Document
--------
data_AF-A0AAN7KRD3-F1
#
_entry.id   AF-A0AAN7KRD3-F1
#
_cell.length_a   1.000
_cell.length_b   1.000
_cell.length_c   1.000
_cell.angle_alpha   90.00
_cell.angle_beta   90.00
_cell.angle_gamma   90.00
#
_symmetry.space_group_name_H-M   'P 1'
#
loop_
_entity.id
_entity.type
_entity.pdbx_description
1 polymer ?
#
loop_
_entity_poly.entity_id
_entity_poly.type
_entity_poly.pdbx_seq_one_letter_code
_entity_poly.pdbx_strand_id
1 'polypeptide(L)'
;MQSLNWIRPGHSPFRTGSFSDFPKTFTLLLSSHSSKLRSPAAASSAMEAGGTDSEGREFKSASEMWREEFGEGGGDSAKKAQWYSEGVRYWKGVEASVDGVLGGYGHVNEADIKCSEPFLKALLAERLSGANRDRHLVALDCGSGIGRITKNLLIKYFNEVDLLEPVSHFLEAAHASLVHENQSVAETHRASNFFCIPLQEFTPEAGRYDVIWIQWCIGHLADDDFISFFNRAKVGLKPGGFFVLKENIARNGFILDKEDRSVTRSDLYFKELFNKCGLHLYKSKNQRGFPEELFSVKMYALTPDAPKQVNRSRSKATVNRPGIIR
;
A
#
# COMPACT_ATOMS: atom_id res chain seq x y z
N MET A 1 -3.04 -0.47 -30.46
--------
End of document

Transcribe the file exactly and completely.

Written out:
data_AF-A0AAN7KRD3-F1
#
_entry.id   AF-A0AAN7KRD3-F1
#
_cell.length_a   1.000
_cell.length_b   1.000
_cell.length_c   1.000
_cell.angle_alpha   90.00
_cell.angle_beta   90.00
_cell.angle_gamma   90.00
#
_symmetry.space_group_name_H-M   'P 1'
#
loop_
_entity.id
_entity.type
_entity.pdbx_description
1 polymer ?
#
loop_
_entity_poly.entity_id
_entity_poly.type
_entity_poly.pdbx_seq_one_letter_code
_entity_poly.pdbx_strand_id
1 'polypeptide(L)'
;MQSLNWIRPGHSPFRTGSFSDFPKTFTLLLSSHSSKLRSPAAASSAMEAGGTDSEGREFKSASEMWREEFGEGGGDSAKKAQWYSEGVRYWKGVEASVDGVLGGYGHVNEADIKCSEPFLKALLAERLSGANRDRHLVALDCGSGIGRITKNLLIKYFNEVDLLEPVSHFLEAAHASLVHENQSVAETHRASNFFCIPLQEFTPEAGRYDVIWIQWCIGHLADDDFISFFNRAKVGLKPGGFFVLKENIARNGFILDKEDRSVTRSDLYFKELFNKCGLHLYKSKNQRGFPEELFSVKMYALTPDAPKQVNRSRSKATVNRPGIIR
;
A
#
# COMPACT_ATOMS: atom_id res chain seq x y z
N MET A 1 -3.04 -0.47 -30.46